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Jazz Meets Pop : Matt Catingub and Toni Tennille are admirers of each other's work. The two, who will play together in Sherman Oaks, were raised on similar types of music.

August 27, 1993|ZAN STEWART | SPECIAL TO THE TIMES; Zan Stewart writes regularly about music for The Times.

Matt Catingub and Toni Tennille: Are they the odd musical couple of the '90s?

If you've ever heard of Catingub, it's probably for his jazz gigs with his big band, or with large ensembles led by Louie Bellson or Toshiko Akiyoshi.

By the same token, it's a good bet that most people know Tennille from the hit records--among them "Love Will Keep Us Together" and "Muskrat Love"--which she made in the mid-'70s with her husband, Daryl Dragon, under the stage name "The Captain and Tennille."

So it might seem strange that Catingub and Tennille are ardent admirers of each other. But not when you find out that they were both pretty much raised on the same kind of music.

Saxophonist, pianist and bandleader Catingub is the son of the late jazz singer Mavis Rivers, and he grew up hearing his mother's first-rate recordings for Capitol and Reprise records.

"As a child, I'd play her albums, and have no idea what I was listening to, but I liked it, and I think it sank in," said North Hollywood native Catingub, 32, by phone from his home in Thousand Oaks.

Tennille, who's from Montgomery, Ala., also has long been a fan of classic pop standards: Her father, Frank Tennille, sang with orchestras led by Bob Crosby and Ben Pollack in the '30s.

"My dad raised me on the music of people like Ella Fitzgerald, Count Basie, Sarah Vaughan and June Christy," said Tennille, 49, by phone from the home she and Dragon share in Carson City Valley, Nev.

Catingub and Tennille, who appear together Tuesday at the Moonlight Tango Cafe in Sherman Oaks, began their professional relationship in mid-'80s. The drummer in Catingub's big band, Kevin Winard, was hired by Dragon and Tennille for their act, and they asked Winard for a demo tape, which turned out to be Catingub's album, "My Mommy and Me," on Sea Breeze Records.

"Daryl flipped," said Tennille, recalling the first time the pair heard Catingub's ensemble. "He said, 'You gotta work with this guy. He's the next thing in big bands.' "

Tennille hired Catingub in 1987, and since then he has became her musical director when she appears in a big-band context.

He also plays keyboards, saxes and sings backgrounds with The Captain and Tennille.

"I'm really impressed with Matt. There seems to be nothing he can't do," Tennille said. "He has one foot grounded in traditional jazz and the other in whatever new is happening."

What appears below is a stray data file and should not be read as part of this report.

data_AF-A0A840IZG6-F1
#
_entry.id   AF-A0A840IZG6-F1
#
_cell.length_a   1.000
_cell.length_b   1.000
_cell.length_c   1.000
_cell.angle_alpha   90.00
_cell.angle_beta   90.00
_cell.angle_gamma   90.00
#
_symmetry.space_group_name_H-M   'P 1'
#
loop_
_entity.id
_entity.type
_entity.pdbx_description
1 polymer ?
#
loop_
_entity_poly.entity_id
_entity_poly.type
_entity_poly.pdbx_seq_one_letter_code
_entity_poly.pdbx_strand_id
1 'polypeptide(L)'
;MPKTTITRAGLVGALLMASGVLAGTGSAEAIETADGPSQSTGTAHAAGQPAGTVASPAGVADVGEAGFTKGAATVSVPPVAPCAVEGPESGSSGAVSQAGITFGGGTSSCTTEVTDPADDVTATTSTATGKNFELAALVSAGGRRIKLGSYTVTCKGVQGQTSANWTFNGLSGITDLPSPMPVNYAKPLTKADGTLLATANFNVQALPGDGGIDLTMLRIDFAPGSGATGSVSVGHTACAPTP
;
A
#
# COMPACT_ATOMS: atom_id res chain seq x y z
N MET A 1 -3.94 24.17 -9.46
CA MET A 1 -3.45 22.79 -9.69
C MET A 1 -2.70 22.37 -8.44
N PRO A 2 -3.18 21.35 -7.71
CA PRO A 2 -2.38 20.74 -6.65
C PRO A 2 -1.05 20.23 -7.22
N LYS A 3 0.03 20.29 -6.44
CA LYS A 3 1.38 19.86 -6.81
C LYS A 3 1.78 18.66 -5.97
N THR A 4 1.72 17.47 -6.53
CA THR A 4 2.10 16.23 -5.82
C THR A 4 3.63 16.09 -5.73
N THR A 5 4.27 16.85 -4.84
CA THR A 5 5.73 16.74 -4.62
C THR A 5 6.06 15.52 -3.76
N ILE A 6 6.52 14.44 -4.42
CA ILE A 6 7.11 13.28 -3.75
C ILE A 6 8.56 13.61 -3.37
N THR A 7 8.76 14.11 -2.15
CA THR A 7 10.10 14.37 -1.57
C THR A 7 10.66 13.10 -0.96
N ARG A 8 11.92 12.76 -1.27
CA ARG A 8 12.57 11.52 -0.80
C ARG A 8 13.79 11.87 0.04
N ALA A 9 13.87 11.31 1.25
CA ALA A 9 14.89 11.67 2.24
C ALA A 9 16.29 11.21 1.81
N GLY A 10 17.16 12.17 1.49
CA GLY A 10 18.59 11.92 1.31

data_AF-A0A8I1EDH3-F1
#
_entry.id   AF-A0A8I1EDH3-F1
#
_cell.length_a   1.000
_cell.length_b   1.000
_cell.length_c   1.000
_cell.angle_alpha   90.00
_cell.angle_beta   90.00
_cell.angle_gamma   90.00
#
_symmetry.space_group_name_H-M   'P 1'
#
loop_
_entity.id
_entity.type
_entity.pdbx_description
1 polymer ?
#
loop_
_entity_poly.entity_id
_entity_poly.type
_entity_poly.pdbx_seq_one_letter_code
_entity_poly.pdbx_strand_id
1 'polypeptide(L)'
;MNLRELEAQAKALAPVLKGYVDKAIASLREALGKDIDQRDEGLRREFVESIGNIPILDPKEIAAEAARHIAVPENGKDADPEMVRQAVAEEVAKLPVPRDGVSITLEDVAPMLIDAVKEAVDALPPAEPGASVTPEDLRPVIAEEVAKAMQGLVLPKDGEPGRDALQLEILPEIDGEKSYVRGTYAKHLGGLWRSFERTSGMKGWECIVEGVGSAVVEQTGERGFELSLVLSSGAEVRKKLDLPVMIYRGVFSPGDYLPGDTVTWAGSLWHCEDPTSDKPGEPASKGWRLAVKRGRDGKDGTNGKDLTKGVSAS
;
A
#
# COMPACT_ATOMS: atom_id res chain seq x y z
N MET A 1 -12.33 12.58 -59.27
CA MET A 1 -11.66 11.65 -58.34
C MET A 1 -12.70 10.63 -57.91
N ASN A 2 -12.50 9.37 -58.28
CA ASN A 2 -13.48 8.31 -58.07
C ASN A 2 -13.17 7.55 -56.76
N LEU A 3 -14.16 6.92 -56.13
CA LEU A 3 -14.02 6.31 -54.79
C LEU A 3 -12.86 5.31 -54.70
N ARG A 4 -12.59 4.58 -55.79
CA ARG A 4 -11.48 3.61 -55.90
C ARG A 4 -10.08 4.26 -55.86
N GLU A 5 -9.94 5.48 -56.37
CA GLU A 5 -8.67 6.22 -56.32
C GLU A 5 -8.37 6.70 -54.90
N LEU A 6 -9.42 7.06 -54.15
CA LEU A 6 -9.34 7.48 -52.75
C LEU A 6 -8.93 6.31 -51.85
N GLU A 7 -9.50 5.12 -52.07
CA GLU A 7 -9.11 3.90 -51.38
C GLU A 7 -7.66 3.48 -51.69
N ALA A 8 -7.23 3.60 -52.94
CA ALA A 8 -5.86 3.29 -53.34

Catingub believes that Tennille, despite the fact that she calls herself a pop vocalist, is really a jazz singer. "She swings harder than a lot of singers who claim to be jazz singers," he said. "Her roots are in the jazz vein and she has a natural feel. That's what I like about her singing--it's not forced. It's from the heart. Which is the way I like any music to be."

This weekend, Tennille will record a new album, "Things are Swingin,' " with Catingub's big band.

Half of the arrangements are by Catingub, the rest by Sammy Nestico, renowned for his charts for Count Basie and Frank Sinatra.

Dragon and Tennille are self-producing the album, and will shop it to various labels when it's completed.

At the Moonlight Tango, Catingub's band will do four or five instrumentals, then Tennille will come on.

Her repertoire will include such tunes as "I Wish I Were in Love Again," "You Must Have Been a Beautiful Baby" and "Teach Me Tonight."

"It's a happy, joyous feeling to be singing these kinds of songs with such great musicians around," Tennille said. "I don't know what else you could do in music that's more fun than that."

Catingub and Tennille appeared at the Moonlight Tango in 1992 in a tribute to Rivers, who died that May in mid-performance at the Vine Street Bar & Grill in Hollywood.

Catingub, who worked with his mother from age 15, said it wasn't always paradise performing with Rivers.

"We argued, and being in a professional relationship twisted some things," he said. "On the other side, it was great to be on stage with her, because she was a great singer. That was a joy."

Catingub said it's only because his mother has died that Tennille is singing with his band.

"It was like, 'I'm the vocalist in this band and nobody else,' " he said. "So I'm blessed to have that experience but I'm moving on. I'm very excited about this new partnership."

Where and When Who: Matt Catingub's big band, with singer Toni Tennille. Location: Moonlight Tango Cafe, 13730 Ventura Blvd., Sherman Oaks. Hours: 8 and 10 p.m. Tuesday. Price: $13 cover, two-drink minimum. Call: (818) 788-2000.

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